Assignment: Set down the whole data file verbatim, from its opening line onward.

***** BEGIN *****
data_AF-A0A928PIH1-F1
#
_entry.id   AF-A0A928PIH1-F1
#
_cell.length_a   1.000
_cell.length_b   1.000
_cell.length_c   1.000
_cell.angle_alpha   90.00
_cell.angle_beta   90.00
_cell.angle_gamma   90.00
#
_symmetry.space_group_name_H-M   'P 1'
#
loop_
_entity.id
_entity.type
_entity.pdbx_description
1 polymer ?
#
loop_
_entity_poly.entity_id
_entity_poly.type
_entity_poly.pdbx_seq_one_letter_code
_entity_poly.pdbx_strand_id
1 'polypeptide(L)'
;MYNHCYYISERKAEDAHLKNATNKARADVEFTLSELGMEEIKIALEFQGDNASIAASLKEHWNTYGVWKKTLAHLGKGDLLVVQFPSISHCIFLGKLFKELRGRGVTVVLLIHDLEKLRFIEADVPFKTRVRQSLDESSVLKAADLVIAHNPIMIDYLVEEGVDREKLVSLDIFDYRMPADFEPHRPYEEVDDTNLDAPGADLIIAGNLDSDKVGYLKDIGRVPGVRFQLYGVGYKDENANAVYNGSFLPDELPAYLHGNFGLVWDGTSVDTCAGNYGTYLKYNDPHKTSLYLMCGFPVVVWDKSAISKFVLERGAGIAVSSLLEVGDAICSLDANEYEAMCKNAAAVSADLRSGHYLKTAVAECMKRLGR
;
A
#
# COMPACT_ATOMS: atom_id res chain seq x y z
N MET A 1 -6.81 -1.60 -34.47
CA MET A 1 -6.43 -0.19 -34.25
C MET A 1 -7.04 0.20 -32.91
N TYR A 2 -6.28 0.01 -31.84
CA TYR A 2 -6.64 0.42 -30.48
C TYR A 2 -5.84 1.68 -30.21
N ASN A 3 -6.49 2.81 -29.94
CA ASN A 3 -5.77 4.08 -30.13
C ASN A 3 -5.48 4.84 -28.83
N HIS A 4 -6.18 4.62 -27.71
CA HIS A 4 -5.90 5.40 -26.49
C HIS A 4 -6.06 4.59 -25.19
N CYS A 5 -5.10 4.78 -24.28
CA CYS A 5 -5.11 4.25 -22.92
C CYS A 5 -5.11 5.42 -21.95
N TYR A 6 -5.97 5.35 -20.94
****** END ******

data_AF-A0A928PIH1-F1
#
_entry.id   AF-A0A928PIH1-F1
#
_cell.length_a   1.000
_cell.length_b   1.000
_cell.length_c   1.000
_cell.angle_alpha   90.00
_cell.angle_beta   90.00
_cell.angle_gamma   90.00
#
_symmetry.space_group_name_H-M   'P 1'
#
loop_
_entity.id
_entity.type
_entity.pdbx_description
1 polymer ?
#
loop_
_entity_poly.entity_id
_entity_poly.type
_entity_poly.pdbx_seq_one_letter_code
_entity_poly.pdbx_strand_id
1 'polypeptide(L)'
;MYNHCYYISERKAEDAHLKNATNKARADVEFTLSELGMEEIKIALEFQGDNASIAASLKEHWNTYGVWKKTLAHLGKGDLLVVQFPSISHCIFLGKLFKELRGRGVTVVLLIHDLEKLRFIEADVPFKTRVRQSLDESSVLKAADLVIAHNPIMIDYLVEEGVDREKLVSLDIFDYRMPADFEPHRPYEEVDDTNLDAPGADLIIAGNLDSDKVGYLKDIGRVPGVRFQLYGVGYKDENANAVYNGSFLPDELPAYLHGNFGLVWDGTSVDTCAGNYGTYLKYNDPHKTSLYLMCGFPVVVWDKSAISKFVLERGAGIAVSSLLEVGDAICSLDANEYEAMCKNAAAVSADLRSGHYLKTAVAECMKRLGR
;
A
#
# COMPACT_ATOMS: atom_id res chain seq x y z
N MET A 1 -6.81 -1.60 -34.47
CA MET A 1 -6.43 -0.19 -34.25
C MET A 1 -7.04 0.20 -32.91
N TYR A 2 -6.28 0.01 -31.84
CA TYR A 2 -6.64 0.42 -30.48
C TYR A 2 -5.84 1.68 -30.21
N ASN A 3 -6.49 2.81 -29.94
CA ASN A 3 -5.77 4.08 -30.13
C ASN A 3 -5.48 4.84 -28.83
N HIS A 4 -6.18 4.62 -27.71
CA HIS A 4 -5.90 5.40 -26.49
C HIS A 4 -6.06 4.59 -25.19
N CYS A 5 -5.10 4.78 -24.28
CA CYS A 5 -5.11 4.25 -22.92
C CYS A 5 -5.11 5.42 -21.95
N TYR A 6 -5.97 5.35 -20.94